For your convenience, we accept cash, check, credit cards, as well as Care Credit. We deliver the finest care at the most reasonable cost to our patients (our fees have not increased since 2014). Payment is due at the time services are rendered unless other arrangements have been made in advance. If you have questions regarding your account, please contact us at 830-895-3494.
Please remember you are fully responsible for all fees charged by this office regardless of your insurance coverage.
Oral & Maxillofacial Surgeons are trained, skilled and uniquely qualified to manage and treat facial trauma. Injuries to the face, by their very nature, impart a high degree of emotional, as well as physical trauma to patients.
Dr. Lussier is on staff at Hill Country Memorial Hospital in Fredericksburg to deliver emergency room coverage for facial injuries, which include the following conditions:
Avulsed (knocked out) teeth
Fractured facial bones (cheek, nose or eye socket)
Fractured jaws (upper and lower jaw)
Cause Of Maxillofacial Trauma
Facial trauma can occur in motor vehicle accidents, falls, sports injuries, interpersonal violence, and work-related injuries. Types of facial injuries can range from injuries of teeth to severe injuries of the skin, muscle, bones, and other vital structures of the face.
Soft Tissue Injuries
When soft tissue injuries such as lacerations occur on the face, they are repaired by suturing. In addition to the obvious concern of providing a repair that yields the best cosmetic result possible, care is taken to inspect for and treat injuries to structures such as facial nerves, salivary glands, and salivary ducts (or outflow channels). Dr. Lussier is proficient at diagnosing and treating all types of facial lacerations.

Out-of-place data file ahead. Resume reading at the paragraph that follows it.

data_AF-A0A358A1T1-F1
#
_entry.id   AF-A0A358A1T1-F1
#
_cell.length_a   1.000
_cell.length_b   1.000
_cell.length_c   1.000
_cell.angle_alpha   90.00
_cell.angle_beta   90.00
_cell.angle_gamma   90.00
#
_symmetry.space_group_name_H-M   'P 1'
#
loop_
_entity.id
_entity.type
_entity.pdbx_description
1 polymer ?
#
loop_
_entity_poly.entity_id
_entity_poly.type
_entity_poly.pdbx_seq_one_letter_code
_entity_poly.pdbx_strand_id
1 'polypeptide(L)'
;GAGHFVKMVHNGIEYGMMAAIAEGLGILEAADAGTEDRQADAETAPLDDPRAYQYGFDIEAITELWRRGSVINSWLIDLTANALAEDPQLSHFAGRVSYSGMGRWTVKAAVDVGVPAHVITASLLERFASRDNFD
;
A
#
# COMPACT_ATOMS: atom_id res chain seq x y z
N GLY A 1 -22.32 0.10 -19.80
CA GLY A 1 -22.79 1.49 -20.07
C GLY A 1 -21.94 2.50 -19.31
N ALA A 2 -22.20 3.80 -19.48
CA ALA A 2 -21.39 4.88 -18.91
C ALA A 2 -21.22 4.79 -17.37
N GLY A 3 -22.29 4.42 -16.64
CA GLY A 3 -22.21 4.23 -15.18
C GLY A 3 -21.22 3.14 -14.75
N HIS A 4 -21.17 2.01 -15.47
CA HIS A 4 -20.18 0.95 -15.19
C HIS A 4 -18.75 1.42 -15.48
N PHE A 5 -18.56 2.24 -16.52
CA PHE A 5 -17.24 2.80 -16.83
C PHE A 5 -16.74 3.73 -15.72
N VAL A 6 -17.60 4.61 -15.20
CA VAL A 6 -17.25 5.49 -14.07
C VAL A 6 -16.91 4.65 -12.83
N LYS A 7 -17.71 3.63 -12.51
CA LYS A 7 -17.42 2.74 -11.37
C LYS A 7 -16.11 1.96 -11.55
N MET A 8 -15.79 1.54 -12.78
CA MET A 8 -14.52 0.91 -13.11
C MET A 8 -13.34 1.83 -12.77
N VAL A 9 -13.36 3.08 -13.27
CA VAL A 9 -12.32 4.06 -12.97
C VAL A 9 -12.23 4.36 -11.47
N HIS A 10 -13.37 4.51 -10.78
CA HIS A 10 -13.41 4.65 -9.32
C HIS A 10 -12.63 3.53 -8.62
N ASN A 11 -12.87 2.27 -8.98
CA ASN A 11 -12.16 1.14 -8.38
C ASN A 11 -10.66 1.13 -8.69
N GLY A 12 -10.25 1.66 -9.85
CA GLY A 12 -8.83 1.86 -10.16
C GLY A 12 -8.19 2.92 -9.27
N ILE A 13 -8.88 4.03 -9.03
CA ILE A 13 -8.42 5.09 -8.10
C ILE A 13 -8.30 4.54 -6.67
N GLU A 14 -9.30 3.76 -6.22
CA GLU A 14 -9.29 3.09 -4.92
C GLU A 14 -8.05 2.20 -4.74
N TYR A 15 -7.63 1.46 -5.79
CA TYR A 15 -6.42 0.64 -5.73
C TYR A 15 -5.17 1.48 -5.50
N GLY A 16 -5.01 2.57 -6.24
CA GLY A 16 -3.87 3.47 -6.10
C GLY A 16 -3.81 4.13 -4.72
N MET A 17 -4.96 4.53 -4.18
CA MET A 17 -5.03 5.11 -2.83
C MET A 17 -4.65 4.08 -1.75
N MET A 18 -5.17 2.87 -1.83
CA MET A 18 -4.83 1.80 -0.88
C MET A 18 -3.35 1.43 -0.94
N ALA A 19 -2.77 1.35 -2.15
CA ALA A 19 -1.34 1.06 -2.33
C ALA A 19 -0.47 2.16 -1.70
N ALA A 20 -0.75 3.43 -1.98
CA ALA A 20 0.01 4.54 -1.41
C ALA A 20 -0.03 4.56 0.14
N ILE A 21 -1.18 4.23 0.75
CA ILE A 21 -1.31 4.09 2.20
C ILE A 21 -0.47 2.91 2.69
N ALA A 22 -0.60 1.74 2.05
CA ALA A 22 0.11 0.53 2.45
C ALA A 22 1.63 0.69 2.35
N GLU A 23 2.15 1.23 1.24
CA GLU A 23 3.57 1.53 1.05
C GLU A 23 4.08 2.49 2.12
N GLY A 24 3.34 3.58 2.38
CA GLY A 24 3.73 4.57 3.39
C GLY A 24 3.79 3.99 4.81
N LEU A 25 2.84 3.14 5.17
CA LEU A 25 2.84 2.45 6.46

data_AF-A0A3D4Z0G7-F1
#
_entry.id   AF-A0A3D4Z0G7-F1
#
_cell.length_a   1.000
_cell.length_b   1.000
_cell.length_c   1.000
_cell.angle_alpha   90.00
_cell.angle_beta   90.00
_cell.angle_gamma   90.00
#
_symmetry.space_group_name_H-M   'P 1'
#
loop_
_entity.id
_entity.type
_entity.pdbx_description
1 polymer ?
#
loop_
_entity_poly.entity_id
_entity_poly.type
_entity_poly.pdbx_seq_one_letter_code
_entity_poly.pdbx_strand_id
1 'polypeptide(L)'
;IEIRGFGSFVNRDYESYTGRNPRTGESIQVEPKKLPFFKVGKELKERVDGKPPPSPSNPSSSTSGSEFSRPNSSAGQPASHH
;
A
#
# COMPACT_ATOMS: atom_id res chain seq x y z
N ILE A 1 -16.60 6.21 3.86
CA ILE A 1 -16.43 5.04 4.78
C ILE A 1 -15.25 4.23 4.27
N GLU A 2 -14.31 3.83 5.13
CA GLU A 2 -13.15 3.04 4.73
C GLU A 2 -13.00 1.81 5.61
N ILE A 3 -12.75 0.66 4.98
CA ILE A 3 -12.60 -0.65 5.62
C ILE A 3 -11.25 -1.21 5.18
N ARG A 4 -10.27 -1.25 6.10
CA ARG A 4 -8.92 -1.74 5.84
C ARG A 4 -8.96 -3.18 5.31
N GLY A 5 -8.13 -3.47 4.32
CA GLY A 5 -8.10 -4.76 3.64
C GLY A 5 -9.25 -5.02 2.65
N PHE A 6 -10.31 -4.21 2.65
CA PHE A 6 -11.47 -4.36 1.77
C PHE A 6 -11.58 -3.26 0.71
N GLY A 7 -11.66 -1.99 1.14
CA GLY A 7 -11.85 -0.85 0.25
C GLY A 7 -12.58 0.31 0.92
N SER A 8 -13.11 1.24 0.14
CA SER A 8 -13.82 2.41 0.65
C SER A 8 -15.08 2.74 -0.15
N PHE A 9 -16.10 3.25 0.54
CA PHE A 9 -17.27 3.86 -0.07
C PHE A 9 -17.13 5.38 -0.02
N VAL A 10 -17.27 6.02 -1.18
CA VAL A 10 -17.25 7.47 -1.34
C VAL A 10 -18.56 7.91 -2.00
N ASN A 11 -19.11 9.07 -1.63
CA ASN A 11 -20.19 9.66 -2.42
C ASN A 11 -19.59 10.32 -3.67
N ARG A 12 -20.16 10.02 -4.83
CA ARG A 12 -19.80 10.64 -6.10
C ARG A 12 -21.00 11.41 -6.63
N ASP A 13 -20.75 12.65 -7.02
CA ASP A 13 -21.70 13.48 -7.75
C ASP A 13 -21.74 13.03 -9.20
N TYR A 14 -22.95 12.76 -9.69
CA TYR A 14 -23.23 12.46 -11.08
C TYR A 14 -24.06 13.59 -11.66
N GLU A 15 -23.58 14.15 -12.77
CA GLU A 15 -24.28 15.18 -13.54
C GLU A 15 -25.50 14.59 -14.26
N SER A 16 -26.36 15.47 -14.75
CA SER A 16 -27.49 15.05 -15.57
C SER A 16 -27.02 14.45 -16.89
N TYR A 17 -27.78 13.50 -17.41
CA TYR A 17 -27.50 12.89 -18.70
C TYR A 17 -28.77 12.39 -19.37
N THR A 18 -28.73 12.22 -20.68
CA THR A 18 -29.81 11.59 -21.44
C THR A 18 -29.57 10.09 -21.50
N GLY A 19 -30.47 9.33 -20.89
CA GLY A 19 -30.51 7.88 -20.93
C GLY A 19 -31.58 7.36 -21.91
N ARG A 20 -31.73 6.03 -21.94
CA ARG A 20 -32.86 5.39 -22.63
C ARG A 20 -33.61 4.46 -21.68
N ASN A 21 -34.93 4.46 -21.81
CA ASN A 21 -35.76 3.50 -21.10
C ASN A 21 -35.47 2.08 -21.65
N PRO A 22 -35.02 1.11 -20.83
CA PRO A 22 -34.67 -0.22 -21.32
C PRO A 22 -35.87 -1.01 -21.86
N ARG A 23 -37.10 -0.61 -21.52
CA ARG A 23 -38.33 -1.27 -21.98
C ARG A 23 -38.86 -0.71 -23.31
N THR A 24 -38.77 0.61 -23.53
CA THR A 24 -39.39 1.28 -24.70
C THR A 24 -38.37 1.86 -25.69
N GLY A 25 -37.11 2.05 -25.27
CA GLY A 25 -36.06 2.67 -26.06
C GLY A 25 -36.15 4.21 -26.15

Fractures of the bones of the face are treated in a manner similar to the fractures in other parts of the body. The specific form of treatment is varies by the location & severity of the fracture, the age & general health of the patient.
Fractures of the face and jaw may be treated and stabilized by the surgical placement of small plates and screws. This technique of treatment can often allow for healing and does not require having the jaws wired together. This technique is called "rigid fixation" which has profoundly improved the recovery period for many patients, allowing them to return to normal function more quickly. Rarely, treatment may involve wiring the jaws together for certain fractures of the jaws.
The treatment of facial fractures should be accomplished in a thorough and predictable manner. More importantly, the patient's facial appearance should be minimally affected. An attempt at accessing the facial bones through the fewest incisions necessary is always made. At the same time, the incisions that become necessary, are designed to be small and, whenever possible, are placed so that the resultant scar is hidden.
Injuries in the Mouth
Isolated injuries to teeth are quite common and may require the expertise of various dental specialists. Oral surgeons usually are involved in treating fractures in the supporting bone or in replanting teeth that have been displaced or knocked out. These types of injuries are treated by one of a number of forms of splinting (stabilizing by wiring or bonding teeth together). If a tooth is knocked out, it should be placed in salt water or milk. The sooner the tooth is re-inserted into the dental socket, the better chance it will survive. Therefore, the patient should see a dentist or oral surgeon as soon as possible. Never attempt to wipe the tooth off, since remnants of the ligament that hold the tooth in the jaw are attached and are vital to the success of replanting the tooth. Other dental specialists may be called upon such as endodontists, who may be asked to perform root canal therapy, and/or restorative dentists who may need to repair or rebuild fractured teeth. In the event that injured teeth cannot be saved or repaired, dental implants are often now utilized as replacements for missing teeth.